When they weren’t in school, Monk spent hours with Kendrick in his backyard, where they would tinker on mini-bikes or golf carts, and on their cars once they got their licenses.
“We changed brakes and oil…and detailed our cars almost religiously,” Monk said. “Whenever I was able to drag (Kendrick) to our school dances, we always had the two cleanest rides.”
Monk recalled a favorite memory with Kendrick, when they dressed up as the main characters from the movie Wayne’s World, and drove around with their car tops down, fake mullets flowing in the wind, and Queen blasting on the radio.
“The only sound you could hear over Bohemian Rhapsody was our laughter,” Monk recalled. He said he and Kendrick often were up to things that could be considered weird, but they didn’t care, “because we had the time of our lives doing it.”
At the end of the celebration, Kendrick’s father, John, addressed the crowd. He thanked the school and church communities and first responders for their care and support, and said he has “felt the love of thousands” in the days since his son’s death.
“If we had to describe him a certain way, first it would be love, the love for anybody he met,” John said. “I mean anybody. He was compassionate. If you were walking down the street and fell, he’d walk over to make sure you’re ok.”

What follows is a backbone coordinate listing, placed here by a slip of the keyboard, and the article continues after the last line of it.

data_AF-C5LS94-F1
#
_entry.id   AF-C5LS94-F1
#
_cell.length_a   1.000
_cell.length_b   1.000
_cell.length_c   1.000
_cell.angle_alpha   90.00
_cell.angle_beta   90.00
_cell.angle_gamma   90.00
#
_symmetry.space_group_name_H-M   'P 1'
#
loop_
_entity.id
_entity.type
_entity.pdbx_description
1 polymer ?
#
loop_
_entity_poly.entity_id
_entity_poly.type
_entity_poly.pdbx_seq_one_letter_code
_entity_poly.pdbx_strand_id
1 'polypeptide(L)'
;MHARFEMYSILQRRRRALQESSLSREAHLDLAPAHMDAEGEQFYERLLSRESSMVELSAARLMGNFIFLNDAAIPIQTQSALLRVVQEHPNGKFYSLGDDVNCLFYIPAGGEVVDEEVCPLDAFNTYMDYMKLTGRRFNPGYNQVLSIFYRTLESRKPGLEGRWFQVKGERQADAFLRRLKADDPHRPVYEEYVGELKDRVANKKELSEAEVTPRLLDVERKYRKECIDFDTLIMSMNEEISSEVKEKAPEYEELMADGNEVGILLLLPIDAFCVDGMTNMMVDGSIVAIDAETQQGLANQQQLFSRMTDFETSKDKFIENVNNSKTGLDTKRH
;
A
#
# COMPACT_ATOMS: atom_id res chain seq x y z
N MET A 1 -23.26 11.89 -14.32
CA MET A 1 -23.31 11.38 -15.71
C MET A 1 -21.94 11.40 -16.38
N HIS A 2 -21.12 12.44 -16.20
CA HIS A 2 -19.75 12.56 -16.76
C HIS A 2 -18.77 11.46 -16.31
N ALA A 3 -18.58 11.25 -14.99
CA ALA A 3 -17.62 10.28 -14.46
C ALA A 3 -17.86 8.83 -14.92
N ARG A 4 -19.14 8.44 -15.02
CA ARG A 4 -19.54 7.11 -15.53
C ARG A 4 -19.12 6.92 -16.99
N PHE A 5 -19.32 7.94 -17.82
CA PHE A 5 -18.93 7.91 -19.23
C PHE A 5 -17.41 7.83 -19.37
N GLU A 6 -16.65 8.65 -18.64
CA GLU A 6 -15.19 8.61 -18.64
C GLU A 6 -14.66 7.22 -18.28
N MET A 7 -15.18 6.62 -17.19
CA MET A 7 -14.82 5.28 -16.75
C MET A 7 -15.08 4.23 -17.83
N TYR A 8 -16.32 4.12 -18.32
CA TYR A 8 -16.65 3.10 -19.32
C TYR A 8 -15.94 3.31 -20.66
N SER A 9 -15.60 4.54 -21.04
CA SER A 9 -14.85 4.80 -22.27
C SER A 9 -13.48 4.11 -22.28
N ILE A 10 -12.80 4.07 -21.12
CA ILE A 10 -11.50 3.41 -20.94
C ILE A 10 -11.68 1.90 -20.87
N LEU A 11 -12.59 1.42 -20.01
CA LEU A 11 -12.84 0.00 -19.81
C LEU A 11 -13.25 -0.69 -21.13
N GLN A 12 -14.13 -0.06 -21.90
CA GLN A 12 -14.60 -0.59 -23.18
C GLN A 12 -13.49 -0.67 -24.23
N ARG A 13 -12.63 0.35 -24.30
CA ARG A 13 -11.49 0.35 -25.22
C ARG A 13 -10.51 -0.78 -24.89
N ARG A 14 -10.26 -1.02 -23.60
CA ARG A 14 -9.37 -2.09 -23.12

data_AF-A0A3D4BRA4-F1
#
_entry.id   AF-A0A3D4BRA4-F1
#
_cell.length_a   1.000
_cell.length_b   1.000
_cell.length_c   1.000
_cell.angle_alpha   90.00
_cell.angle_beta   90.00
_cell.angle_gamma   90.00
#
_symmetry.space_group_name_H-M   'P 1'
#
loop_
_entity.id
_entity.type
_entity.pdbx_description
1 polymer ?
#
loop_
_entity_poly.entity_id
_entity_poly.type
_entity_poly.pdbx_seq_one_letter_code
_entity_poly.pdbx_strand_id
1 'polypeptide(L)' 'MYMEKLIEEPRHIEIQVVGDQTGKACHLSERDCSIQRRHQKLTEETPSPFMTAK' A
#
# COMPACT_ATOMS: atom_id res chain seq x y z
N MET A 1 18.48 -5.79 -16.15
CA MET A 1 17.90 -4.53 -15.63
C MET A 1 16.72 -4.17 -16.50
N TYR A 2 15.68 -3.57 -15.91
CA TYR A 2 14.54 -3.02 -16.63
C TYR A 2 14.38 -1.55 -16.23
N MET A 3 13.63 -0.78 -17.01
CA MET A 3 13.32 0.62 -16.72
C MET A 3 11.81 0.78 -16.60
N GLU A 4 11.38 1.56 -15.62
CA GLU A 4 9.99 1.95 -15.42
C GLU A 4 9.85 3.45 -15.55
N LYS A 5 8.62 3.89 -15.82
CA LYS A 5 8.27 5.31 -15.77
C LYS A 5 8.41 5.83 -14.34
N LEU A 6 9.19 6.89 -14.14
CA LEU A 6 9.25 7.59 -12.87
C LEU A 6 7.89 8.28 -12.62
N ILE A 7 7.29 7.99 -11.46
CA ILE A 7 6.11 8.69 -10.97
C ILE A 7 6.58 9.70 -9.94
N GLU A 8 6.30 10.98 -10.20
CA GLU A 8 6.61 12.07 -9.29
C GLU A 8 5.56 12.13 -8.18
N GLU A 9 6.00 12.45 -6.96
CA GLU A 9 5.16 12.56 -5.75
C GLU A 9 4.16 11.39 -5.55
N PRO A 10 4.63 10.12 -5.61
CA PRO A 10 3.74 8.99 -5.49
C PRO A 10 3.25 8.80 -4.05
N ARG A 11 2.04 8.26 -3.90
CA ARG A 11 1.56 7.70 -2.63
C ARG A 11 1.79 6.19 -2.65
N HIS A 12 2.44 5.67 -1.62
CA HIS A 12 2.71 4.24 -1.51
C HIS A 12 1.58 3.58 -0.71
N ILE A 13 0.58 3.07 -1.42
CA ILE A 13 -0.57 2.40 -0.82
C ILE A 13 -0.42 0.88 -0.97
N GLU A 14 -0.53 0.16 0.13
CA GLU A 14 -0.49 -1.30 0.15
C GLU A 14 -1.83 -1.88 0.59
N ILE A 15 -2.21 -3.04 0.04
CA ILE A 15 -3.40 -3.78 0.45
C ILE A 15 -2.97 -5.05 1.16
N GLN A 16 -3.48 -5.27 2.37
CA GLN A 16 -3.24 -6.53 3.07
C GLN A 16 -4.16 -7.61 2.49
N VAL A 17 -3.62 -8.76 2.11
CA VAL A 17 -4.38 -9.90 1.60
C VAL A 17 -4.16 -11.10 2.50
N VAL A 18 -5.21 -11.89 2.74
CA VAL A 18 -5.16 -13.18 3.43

“There’s risk in love,” he added. “There’s risk in being hurt, in rejection. Kendrick knew all of these things and he never wavered. He knew right from wrong, and we all do.”
John remembered Kendrick as a son who valued relationships over physical things, who cherished hunting trips with his dad and grandpa and loved going to animated movies with his mom.
“We all really really love Kendrick, and to carry on his life’s message, we need to be more like him,” John said, whether that’s helping someone who is struggling or including someone who is lonely.
“I always knew he was a gift and a hero, he was filled up with the good stuff” of life, he noted, like faith and love.
He encouraged those present to “walk your faith like Kendrick did,” recalling how his son would take off his hat and bless his food before eating at Taco Bell without caring what people might think.
“It’s not difficult,” he said. “We just have to love.”
Kendrick’s funeral and burial will be at the end of this week. The details are kept private at the request of the family.